Thursday, September 14, 2017

What Summer Reading List?

I need to stop making summer reading lists. Every year, I have such good intentions... and every year, I end up reading entirely different books than the ones that I picked out.
This year, for example, I wanted to read a mix of Shakespeare, nonfiction, and the rest of the Chrestomanci series by Diana Wynne Jones.
What did I read instead? ALL Young Adult/Middle Grade books (with one or two nonfiction books for research). On one hand, I feel ashamed. On the other hand, I feel accomplished because I read a lot of books.

From May through August, I read twenty books, and here they are:


The Lives of Christopher Chant by Diana Wynne Jones – 5 stars. The second of the Chrestomanci books. This one followed Christopher as a child, and I enjoyed it immensely. 

The Magicians of Caprona by Diana Wynne Jones – 5 stars. The third of the Chrestomanci books. This one was one of my favorites because it had cats and a nice protagonist and Punch and Judy.


Journey to the River Sea by Eva Ibbotson – 5 stars. This is a book that I've loved for many a year. Highly recommended if you like journeys, rivers, and seas. Also if you like stories about orphans relocating to far away relatives, interesting characters, and boys named Finn who are hiding from the law. This book is great for kids 8+.

Witch Week by Diana Wynne Jones – 4 stars. The fourth of the Chrestomanci books. This one was my least favorite, but it was still nice. I enjoyed the ending a lot, but the setup was a little slow.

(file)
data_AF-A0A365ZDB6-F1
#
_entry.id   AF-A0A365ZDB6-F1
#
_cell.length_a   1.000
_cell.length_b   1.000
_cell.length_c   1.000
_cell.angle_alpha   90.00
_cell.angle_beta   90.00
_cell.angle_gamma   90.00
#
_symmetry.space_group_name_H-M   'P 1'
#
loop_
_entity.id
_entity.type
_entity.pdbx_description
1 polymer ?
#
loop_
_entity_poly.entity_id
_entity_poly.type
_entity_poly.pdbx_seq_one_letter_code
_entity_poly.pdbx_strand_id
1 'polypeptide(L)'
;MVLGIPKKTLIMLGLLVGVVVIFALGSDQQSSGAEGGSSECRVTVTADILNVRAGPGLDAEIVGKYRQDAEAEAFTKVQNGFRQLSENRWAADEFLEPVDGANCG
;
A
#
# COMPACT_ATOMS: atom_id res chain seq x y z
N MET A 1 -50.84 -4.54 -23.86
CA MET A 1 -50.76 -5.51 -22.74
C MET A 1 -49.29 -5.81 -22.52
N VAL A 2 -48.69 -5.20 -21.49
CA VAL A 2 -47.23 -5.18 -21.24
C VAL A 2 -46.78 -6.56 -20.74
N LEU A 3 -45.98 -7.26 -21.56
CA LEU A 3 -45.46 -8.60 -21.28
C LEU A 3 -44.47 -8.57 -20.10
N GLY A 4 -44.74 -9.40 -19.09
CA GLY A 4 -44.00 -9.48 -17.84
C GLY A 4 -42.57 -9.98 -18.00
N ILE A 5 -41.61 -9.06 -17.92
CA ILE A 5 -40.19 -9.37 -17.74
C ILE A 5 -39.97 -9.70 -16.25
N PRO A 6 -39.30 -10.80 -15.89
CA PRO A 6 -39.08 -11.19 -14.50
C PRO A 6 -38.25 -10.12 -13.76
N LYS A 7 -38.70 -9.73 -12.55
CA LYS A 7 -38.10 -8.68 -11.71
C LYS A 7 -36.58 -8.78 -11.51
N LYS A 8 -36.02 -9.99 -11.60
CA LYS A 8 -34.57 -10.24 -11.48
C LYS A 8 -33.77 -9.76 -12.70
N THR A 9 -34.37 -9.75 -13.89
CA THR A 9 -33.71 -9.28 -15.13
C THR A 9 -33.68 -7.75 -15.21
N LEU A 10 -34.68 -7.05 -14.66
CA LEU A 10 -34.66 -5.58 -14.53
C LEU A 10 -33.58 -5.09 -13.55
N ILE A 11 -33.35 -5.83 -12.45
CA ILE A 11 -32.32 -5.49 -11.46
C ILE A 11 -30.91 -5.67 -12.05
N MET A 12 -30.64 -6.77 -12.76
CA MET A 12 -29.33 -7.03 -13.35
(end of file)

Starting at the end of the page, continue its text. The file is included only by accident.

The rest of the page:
The Raven Boys by Maggie Stiefvater – 4 stars. Oh, The Raven Cycle by Maggie Stiefvater. I have many mixed feelings about this series. I have plans to re-read it over Christmas break so that I can write a full review on the books. 
The Dream Thieves by Maggie Stiefvater – 4 stars.
Blue Lily, Lily Blue by Maggie Stiefvater – 4 stars. 
The Raven King by Maggie Stiefvater – 4 stars. 

Rosie the Riveter by Penny Colman – 3 stars. This is a nonfiction book about women in World War II. I read it for research for my future book She's Leaving Home. 


The Mortal Engines by Philip Reeve – 3 stars. A steampunkish book set in a future where cities move. It was okay, but I didn't enjoy it enough to finish the series. Peter Jackson is turning it into a movie, which I am excited about! 

Slacks and Calluses by Constance Bowman and C.M. Reid – 4 stars. This is another nonfiction book about World War II. This one is about the authors' experiences working in a bomber factory. I enjoyed it a lot! Highly recommended. 

Conrad’s Fate by Diana Wynne Jones – 5 stars. The fifth of the Chrestomanci books. Along with The Magicians of Caprona, this one was my favorite. It had a crazy, moving house, fun characters, and shenanigans.